THIS T-SHIRT SAVED MY LIFE!

Posted In: Blog, Camping Gear, RV Lifestyle, RV Products, Yellowstone

THE FOLLOWING IS A TRUE STORY. *

A few years ago, my wife and I were hiking in Yellowstone National Park. The trail was no more than five miles in length. It cut a winding swath through mountainous thickly wooded terrain near Mammoth Hot Springs.

It was a beautiful early autumn afternoon, warm and sunny. Unfortunately, on that day, my relationship with my wife was not so pleasant. We’d had an argument over lunch (one triggered by a bad cheese sandwich at Old Faithful) and just didn’t feel like talking to one another. So we broke one of the cardinal rules of backcountry hiking: we walked mostly in silence.

Worse, our hiking speeds diverged. When she stopped to catch her breath, I walked on ahead. Before long, I was a good 50 yards ahead of her on the trail.

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The balmy autumn weather being ideal, we simply wore hiking boots, shorts, and our Official “Loloho” T-shirts. I carried a day pack with a canteen of water, some snacks, a camera, and a can of bear spray.

The trail was well marked. It wound through thick forest for the first couple of miles. As I rounded a turn, the path opened onto a grassy area that extended alongside a large beaver pond. The pond measured several hundred yards across from side to side. It was framed on the far side by more tall trees, and behind those trees lay a thick canopy of forest.

 

The balmy autumn weather being ideal, we simply wore hiking boots, shorts, and our Official “Loloho” T-shirts.

I continued along the trail, the pond to my left. As I strolled past the muddy water, my mind regurgitated the troublesome events of the day.

How had the fight started? A cheese sandwich? How had our argument careened so quickly out of control? Was my marriage in trouble?

I stopped walking, and looked back to gauge my wife’s progress. Sure enough, she was still trailing my pace by about 50 yards. I was dripping with perspiration, and decided to take a drink of water. I removed my small day pack and pulled out my canteen…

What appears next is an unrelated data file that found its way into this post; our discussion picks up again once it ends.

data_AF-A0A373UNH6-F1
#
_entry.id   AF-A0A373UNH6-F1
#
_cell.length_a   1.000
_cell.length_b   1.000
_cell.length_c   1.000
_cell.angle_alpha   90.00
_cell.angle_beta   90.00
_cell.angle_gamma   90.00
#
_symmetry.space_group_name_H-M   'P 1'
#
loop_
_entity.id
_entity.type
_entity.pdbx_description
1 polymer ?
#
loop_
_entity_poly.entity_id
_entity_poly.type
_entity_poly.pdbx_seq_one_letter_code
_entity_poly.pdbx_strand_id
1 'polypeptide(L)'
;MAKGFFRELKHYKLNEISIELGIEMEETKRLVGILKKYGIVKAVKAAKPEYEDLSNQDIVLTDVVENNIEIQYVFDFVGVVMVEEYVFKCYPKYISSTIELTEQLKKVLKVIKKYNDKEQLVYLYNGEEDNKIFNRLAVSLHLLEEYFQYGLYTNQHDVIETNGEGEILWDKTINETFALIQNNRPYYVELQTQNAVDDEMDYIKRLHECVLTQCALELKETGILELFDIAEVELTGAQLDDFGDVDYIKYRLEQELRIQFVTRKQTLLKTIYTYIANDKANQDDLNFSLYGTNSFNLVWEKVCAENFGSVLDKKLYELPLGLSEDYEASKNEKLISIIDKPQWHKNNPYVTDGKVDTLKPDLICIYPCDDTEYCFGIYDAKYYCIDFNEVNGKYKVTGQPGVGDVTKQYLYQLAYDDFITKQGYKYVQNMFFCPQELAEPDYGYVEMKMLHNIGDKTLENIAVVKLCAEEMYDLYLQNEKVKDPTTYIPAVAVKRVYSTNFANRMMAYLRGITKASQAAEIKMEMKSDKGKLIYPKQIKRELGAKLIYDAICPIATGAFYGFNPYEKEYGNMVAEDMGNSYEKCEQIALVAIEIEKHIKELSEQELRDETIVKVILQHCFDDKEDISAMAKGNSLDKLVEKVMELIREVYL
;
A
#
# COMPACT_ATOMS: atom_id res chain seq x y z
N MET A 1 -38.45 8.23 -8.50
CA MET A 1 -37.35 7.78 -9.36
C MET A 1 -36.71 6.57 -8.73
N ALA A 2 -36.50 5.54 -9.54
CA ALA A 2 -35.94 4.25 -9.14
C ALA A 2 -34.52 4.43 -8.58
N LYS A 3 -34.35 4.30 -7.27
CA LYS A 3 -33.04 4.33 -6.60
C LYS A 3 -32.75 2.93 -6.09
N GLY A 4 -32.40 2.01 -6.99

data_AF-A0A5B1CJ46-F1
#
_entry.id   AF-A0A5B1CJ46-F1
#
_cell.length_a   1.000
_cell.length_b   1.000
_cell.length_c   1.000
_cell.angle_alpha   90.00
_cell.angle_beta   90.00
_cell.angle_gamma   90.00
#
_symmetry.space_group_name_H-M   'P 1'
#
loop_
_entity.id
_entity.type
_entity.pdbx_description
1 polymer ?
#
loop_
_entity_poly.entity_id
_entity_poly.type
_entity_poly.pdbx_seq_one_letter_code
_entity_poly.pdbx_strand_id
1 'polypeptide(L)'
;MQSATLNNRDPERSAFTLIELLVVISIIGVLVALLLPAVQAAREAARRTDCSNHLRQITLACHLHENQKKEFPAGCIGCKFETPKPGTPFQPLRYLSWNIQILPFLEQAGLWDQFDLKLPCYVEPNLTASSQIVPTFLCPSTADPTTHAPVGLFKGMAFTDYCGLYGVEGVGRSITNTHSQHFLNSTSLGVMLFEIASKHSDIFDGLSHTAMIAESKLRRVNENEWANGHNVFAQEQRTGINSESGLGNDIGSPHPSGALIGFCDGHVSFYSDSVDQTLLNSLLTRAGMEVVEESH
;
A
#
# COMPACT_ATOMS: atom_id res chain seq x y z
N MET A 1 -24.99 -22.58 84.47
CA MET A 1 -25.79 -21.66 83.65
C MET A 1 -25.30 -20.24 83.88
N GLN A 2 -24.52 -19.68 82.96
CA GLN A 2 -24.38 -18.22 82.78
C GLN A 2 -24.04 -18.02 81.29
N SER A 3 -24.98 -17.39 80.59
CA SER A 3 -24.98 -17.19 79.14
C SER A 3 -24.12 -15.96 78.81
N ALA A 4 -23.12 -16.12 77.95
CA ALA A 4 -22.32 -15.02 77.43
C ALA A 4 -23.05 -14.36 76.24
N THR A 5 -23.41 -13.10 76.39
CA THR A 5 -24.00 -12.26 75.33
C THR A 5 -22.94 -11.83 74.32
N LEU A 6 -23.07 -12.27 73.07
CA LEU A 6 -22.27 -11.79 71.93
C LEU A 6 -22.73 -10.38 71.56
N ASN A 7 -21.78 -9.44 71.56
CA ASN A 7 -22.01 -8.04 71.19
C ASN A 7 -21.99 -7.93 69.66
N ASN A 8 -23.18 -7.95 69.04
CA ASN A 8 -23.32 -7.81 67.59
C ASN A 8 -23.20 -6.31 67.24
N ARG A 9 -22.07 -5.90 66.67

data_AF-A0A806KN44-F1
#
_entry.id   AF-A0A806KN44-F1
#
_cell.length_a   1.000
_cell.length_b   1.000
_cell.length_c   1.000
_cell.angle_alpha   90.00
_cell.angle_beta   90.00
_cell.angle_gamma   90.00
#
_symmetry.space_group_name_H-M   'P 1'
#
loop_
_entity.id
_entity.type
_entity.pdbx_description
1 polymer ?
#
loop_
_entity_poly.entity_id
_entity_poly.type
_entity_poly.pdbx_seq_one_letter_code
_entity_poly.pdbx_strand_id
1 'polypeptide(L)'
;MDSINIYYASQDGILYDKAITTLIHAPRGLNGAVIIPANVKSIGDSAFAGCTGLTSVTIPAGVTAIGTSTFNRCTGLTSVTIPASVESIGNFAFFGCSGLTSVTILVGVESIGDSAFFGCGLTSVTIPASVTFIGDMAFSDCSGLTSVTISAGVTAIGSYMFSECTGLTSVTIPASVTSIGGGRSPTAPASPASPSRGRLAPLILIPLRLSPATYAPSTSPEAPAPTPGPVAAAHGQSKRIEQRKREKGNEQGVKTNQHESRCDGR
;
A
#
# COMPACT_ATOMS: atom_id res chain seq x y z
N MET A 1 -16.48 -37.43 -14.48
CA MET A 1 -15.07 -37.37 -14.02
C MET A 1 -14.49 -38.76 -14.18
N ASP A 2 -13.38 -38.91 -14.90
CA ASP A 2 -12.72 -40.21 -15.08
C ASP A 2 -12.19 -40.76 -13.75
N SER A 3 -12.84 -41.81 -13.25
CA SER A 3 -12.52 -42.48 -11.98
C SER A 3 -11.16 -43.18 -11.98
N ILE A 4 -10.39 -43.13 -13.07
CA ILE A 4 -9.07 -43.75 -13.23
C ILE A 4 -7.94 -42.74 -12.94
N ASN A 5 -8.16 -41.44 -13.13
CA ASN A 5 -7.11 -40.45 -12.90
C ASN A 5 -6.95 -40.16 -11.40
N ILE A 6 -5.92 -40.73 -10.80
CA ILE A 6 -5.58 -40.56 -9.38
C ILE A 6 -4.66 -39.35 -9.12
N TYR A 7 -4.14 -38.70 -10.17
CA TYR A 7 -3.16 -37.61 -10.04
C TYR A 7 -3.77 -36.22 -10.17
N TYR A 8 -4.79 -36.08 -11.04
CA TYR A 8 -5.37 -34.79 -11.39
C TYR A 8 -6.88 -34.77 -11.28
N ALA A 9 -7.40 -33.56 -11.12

Then it happened. As I pulled the metal canteen from my pack, it slipped from my sweaty palm and fell into thick mud at the edge of the pond. When I bent over to retrieve the container, I lost my footing in the slippery sludge… With a loud SPLASH I flopped forward into the beaver pond!

The pond’s murky water was surprisingly cold and deep. My pack and I were separated by the fall. Weighed down with gear, it quickly disappeared beneath the surface.

As I dragged myself from the chilly pond, soaking wet from head to toe, my wife ran breathlessly to my side. For a brief moment, our earlier argument was forgotten.

“Are you okay?” she asked. “That looked pretty bad.”

“I’m fine,” I replied, as I turned my gaze back to the water. “But I just lost our pack. I’m going to go back in and dive for it.”

Of course, I was disgusted by the thought of what had just happened to my digital camera, which was no doubt ruined. But our photos could perhaps be salvaged, and I certainly didn’t want to leave the pack behind in the backcountry of Yellowstone.